To its credit, D6 does give the Advantages/Disadvantages rule set some real in game purpose, but at the end of the day, it's still just a matter of character depth. I’m a real believer that human behavior responds to incentives—both in the free market economy and in gaming.

So, by making the D6 Advantage/Disadvantages into FATE Aspects, the mechanic will become an active part of play. What does this mean? Well, FATE’s FATE Points easily become the D6 Character Points (note: don’t confuse FATE Points with the D6 system’s Fate Points – ugh.) Players in my D6F system will have to spend character points to invoke the advantage of an Aspect they have. Similarly, they will earn Character Points for invoking a disadvantage or by subjecting themselves to a compel.

But wait – there’s more! In the D6 system, Character Points are not only used for doing cool stuff during the game, they are the mechanism for character development. So by taking disadvantages and creating more trouble for themselves during play, the players will actually be earning points to build their skills and attributes.

So now, instead of simply having to play out a character’s “Misogynist” Aspect with periodic derisive comments, they can actually earn Character Points to buy new skills or do awesome stuff simply by reminding the GM that bartering with the lady shopkeep may not go as smoothly as anticipated.

I think this blend of the systems nicely captures the best mechanics of both. Naturally, there are a number of corollaries that follow from this marriage, so stay tuned!

Monday, April 30, 2012

And the System is...

One of the reasons I decided to start this blog was to give me an outlet to think critically about turning my imagined campaign setting into an actual campaign. One of the biggest matters I had to resolve was figuring out which system I wanted to use to play it. So I’ve been thinking about it for the past two months, and I think I’ve made up my mind.

The verdict is in: I plan to use D6 Fantasy, augmented with some narrative FATE rules. Since everyone who blogs has to make up terms and systems and stuff, I’m going to call this hybrid system of mine D6F (pretty clever, eh?).

D6 is pretty basic, but the main thing I added from the FATE system is the use of Aspects that will replace the Advantages and Disadvantages of D6, and be central to doing cool stuff and leveling up. I plan to expound on how it all will work in subsequent posts, but let me first explain why I’m keen on D6 Fantasy as my base system.

I’m familiar with it and it's easy

D6 is a super-easy, skill-based gaming system. Having played the old Star Wars D6 back in the day, I always found it to be straightforward and playable. We even recruited several non-gamers to play with us, which I attribute to both the accessibility of the system and our group’s general awesomeness (“Trust me, no one on Coruscant will be looking for a shaved Bothan!”). I also tried to adapt it to a fantasy setting a few years before West End Games published the D6 Fantasy rule set. It wasn’t nearly as good, but it also didn’t lose nearly as much money. (Sorry. Too soon?)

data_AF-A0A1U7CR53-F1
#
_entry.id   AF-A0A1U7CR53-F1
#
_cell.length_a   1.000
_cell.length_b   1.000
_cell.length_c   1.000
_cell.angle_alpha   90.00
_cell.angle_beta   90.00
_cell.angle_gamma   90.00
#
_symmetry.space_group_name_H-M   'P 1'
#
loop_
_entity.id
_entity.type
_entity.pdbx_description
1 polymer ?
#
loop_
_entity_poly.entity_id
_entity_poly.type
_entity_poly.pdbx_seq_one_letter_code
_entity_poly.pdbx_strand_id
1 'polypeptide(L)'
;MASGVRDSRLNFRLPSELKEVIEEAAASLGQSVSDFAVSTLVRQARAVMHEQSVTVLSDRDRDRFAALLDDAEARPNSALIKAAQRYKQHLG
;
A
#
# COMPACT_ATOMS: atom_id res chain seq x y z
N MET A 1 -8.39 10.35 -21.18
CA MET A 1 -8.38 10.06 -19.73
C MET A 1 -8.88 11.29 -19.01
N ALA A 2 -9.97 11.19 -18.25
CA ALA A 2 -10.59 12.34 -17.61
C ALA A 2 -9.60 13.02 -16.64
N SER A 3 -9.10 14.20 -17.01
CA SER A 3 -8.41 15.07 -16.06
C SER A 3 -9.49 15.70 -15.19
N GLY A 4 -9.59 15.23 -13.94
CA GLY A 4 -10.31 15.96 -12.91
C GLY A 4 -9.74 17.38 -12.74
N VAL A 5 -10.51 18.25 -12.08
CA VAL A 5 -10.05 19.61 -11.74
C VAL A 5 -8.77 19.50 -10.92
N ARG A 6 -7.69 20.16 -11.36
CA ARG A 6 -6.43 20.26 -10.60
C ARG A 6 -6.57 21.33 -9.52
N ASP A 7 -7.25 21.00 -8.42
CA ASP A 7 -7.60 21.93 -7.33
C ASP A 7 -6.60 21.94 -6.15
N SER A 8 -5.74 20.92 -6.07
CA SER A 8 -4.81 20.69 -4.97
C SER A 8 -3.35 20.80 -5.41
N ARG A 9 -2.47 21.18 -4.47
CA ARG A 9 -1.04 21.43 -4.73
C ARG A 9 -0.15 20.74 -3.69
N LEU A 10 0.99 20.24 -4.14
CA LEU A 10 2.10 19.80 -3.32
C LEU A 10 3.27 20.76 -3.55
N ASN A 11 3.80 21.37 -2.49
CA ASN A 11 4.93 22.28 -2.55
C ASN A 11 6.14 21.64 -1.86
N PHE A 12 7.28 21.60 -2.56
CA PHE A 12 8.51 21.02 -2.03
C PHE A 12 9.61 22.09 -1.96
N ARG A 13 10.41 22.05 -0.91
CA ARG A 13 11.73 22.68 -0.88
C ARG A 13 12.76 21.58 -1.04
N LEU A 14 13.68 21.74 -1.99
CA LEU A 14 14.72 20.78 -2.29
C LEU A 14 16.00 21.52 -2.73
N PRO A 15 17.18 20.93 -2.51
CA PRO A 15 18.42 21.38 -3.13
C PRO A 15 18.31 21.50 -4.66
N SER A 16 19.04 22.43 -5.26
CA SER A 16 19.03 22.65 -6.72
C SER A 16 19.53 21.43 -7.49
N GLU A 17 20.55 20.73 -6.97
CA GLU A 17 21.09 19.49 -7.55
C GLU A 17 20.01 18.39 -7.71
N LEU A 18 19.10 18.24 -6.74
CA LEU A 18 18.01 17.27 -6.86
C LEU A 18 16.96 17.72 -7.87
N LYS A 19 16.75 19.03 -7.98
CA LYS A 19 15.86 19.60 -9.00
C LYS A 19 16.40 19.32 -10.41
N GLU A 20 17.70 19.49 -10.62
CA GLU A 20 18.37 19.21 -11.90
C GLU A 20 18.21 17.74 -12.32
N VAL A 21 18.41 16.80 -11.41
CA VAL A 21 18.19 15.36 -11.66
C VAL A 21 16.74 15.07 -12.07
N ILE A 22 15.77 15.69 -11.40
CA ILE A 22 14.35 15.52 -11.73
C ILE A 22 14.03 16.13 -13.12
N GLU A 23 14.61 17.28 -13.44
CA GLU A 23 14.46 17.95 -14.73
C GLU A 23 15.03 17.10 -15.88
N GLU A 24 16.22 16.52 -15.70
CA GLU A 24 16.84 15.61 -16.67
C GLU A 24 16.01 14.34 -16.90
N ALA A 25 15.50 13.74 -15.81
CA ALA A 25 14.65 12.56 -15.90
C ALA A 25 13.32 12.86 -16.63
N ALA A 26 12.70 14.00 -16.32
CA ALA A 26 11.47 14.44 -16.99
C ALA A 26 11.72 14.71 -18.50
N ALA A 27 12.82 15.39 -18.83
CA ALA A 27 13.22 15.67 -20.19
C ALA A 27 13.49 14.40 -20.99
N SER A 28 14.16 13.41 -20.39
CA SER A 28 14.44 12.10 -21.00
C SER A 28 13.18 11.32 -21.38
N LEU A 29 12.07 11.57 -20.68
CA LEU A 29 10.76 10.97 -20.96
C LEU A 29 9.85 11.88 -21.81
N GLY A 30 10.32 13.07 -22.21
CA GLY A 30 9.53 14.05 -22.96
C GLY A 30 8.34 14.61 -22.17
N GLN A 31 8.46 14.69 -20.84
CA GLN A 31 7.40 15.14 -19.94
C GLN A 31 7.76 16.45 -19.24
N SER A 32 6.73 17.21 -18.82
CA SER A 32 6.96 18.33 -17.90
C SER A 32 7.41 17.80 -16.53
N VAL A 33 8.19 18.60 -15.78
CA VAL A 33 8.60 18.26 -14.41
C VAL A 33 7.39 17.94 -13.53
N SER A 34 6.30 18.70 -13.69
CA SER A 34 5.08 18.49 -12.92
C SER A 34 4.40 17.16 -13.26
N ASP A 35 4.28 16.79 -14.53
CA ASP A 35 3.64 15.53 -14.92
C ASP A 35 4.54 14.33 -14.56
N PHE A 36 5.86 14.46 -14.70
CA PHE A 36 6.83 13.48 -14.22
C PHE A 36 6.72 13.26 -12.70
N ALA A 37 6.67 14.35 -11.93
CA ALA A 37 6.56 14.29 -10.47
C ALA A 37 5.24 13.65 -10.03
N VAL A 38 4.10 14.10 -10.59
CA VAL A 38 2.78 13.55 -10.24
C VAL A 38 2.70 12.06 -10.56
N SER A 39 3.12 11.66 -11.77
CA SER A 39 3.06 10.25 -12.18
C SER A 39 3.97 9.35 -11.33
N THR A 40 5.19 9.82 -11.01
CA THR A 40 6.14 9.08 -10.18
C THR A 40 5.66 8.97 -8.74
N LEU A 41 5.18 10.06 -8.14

It’s cinematic, yet narrative

One of the great things about the D6 system is that it lends itself to quick-action, cinematic games. This is why I recently suggested it to Oddysey for her Summer ’11 Grimdark, Cyberpunk, Racing Campaign (HAWT!). While the system inherently leaves room to incorporate as much or as little narrative gaming as the group would like, I hope encourage more of this by grafting on the FATE rules.

…And flexible

Like many narrative games, there is ample space for players to develop the characters they want without being tightly bound by preset templates. Want to play a Fighter or Assassin? Sure. Want to play a Samurai Landscape Artist, a Mind-Flayer Graham Cracker Merchant, or Cthulhu’s Tech Support (so he can place that Call)? No problem! This will surely make people like Risus Monkey happy, but it also avoids the “Risus death spiral” that irks some folks I game with.

It's got plenty of dice rollin'

I like rolling dice. I like rolling eight dice at a time. I like exploding wild dice.  I like being able to cash in points to buy more exploding wild dice – even if they all only have six sides. Unlike some narrative games, there is still plenty of crunchiness in the D6 rules that means lots of dice to roll for skills and difficulty levels and stuff.

It has open-ended, skill-based rules for magic

Here’s the big one. D6 Fantasy outlines four basic magic skills that govern casting, and the players are given considerable leeway to determine how their spells manifest. However, the system is flexible enough that totally different casting skills can be used. This is important because magic in my world is a new and unknown phenomenon. It will be rare and uncertain at the beginning of the campaign, but I want to give the players enough freedom to explore and invent their own ways of tapping into the arcane. I think the simplicity and flexibility of this system will give my players considerable room for interesting and creative innovation.

D6 uses metric!

To hell with you and your 5’ squares! Who needs 25 square feet of personal space, anyhow? It’s all about meters and liters and grams, baby. It’s the only way to measure.

I’m pretty excited to give this a whirl, and I look forward to discussing how this will work in coming posts. In the meantime, if anyone has any suggestions, I’m happy to hear them!